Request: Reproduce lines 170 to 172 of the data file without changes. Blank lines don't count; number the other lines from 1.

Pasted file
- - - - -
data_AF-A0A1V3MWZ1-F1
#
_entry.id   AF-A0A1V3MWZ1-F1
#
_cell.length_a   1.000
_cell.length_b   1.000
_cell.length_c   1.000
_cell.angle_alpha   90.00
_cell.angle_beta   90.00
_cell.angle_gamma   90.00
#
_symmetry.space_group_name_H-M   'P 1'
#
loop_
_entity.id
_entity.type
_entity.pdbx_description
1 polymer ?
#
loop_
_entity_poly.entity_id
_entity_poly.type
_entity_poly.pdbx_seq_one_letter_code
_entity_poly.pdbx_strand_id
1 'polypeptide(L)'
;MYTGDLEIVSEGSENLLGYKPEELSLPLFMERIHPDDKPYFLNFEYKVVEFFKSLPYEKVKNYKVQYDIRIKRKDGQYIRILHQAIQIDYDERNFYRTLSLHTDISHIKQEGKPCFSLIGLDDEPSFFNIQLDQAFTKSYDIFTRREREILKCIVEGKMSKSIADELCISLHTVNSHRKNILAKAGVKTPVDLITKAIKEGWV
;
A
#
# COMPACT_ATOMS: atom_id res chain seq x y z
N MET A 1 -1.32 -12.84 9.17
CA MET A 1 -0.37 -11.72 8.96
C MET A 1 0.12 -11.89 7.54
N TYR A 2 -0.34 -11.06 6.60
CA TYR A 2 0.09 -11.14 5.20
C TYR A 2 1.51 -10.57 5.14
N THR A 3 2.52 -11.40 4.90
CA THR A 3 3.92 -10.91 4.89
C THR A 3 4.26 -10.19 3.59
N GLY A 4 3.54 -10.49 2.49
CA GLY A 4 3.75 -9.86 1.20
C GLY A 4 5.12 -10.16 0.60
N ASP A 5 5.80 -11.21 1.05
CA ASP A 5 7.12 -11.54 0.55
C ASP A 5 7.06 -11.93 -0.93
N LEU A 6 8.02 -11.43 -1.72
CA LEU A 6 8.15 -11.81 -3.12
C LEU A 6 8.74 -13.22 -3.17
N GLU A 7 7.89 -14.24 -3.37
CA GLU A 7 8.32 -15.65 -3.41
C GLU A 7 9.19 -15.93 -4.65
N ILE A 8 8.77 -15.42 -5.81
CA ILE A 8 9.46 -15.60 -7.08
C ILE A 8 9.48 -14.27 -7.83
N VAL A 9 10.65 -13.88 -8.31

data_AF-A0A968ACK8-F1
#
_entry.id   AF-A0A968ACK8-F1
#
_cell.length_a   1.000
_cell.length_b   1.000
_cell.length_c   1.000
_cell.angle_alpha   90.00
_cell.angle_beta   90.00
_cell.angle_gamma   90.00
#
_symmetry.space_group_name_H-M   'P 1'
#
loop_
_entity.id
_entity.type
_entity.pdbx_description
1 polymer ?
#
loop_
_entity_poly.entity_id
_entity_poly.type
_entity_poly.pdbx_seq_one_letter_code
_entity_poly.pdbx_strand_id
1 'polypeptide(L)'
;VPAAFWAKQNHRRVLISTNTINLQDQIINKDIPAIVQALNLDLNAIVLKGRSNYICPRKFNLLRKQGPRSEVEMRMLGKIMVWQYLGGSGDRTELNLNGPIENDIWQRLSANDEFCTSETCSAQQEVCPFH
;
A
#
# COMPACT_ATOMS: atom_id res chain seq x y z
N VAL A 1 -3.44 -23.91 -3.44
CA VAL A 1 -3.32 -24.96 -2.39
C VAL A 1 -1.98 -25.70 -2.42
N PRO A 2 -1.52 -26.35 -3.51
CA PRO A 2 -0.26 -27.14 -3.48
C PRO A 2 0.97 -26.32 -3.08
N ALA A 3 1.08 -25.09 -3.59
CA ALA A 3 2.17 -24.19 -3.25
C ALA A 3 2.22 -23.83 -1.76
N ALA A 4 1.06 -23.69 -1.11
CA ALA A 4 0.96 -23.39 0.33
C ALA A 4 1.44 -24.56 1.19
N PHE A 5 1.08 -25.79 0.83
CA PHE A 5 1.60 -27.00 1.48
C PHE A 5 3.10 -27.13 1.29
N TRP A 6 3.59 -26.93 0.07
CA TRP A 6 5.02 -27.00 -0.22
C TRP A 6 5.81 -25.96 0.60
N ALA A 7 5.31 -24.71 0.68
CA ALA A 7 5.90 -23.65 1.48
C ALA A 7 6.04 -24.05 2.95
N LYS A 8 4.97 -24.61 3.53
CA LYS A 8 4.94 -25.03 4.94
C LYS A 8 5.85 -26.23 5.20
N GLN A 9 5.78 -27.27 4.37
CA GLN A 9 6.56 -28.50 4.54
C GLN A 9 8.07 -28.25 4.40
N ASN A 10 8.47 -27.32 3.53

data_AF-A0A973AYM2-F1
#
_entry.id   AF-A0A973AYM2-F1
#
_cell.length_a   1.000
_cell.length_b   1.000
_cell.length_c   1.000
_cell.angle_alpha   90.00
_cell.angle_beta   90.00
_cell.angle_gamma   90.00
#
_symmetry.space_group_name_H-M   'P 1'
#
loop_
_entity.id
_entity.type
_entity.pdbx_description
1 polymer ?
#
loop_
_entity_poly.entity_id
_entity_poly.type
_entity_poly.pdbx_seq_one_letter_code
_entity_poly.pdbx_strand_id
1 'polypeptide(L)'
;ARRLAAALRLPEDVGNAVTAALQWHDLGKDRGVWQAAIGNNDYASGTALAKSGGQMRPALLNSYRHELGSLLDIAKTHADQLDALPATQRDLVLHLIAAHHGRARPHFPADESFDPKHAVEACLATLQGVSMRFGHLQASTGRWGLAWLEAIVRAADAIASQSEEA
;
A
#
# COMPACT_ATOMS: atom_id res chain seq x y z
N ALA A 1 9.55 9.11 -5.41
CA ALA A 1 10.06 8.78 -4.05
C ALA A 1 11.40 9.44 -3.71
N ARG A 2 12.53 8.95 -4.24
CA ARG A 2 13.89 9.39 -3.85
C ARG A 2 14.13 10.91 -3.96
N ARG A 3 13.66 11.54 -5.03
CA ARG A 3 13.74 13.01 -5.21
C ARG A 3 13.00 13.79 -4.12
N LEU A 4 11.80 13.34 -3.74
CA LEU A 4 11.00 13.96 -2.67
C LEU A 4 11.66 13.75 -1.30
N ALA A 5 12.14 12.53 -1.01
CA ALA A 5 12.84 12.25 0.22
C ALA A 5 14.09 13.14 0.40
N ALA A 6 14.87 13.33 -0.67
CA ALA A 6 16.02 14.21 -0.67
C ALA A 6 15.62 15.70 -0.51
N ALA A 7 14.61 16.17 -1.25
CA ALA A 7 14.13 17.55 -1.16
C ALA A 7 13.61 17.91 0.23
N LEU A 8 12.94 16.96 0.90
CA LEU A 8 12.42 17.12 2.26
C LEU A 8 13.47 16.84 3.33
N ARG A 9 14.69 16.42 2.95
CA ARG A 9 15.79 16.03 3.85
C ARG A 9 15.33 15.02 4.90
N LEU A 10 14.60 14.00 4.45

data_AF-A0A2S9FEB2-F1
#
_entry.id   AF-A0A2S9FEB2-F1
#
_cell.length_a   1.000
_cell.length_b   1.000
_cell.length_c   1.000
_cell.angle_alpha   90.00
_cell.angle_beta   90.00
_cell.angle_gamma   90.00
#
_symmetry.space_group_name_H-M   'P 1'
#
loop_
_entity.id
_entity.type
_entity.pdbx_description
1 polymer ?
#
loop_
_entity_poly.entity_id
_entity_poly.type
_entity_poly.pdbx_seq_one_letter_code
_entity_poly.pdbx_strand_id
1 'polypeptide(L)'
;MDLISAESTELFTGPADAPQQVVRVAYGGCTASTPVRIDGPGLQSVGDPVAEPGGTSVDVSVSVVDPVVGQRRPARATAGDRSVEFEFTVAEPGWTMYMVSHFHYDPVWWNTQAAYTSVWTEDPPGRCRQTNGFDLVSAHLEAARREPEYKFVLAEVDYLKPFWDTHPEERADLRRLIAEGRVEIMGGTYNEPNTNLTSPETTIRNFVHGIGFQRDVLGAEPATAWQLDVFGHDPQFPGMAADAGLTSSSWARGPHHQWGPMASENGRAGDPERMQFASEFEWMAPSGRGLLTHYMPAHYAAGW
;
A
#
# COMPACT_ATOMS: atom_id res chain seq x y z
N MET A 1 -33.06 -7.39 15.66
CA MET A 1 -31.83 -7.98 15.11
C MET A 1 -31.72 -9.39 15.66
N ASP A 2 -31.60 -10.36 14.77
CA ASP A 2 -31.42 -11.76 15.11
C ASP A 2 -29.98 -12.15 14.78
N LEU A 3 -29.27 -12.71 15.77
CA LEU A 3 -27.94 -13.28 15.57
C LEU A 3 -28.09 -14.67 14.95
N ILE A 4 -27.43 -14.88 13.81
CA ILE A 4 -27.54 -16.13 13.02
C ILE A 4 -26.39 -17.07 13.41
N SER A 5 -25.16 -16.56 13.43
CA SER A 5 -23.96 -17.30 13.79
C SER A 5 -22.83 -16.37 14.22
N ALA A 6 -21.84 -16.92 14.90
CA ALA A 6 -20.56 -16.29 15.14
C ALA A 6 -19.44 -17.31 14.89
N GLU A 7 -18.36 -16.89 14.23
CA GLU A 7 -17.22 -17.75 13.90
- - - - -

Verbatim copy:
C ARG A 9 15.33 15.02 4.90
N LEU A 10 14.60 14.00 4.45

data_AF-A0A2S9FEB2-F1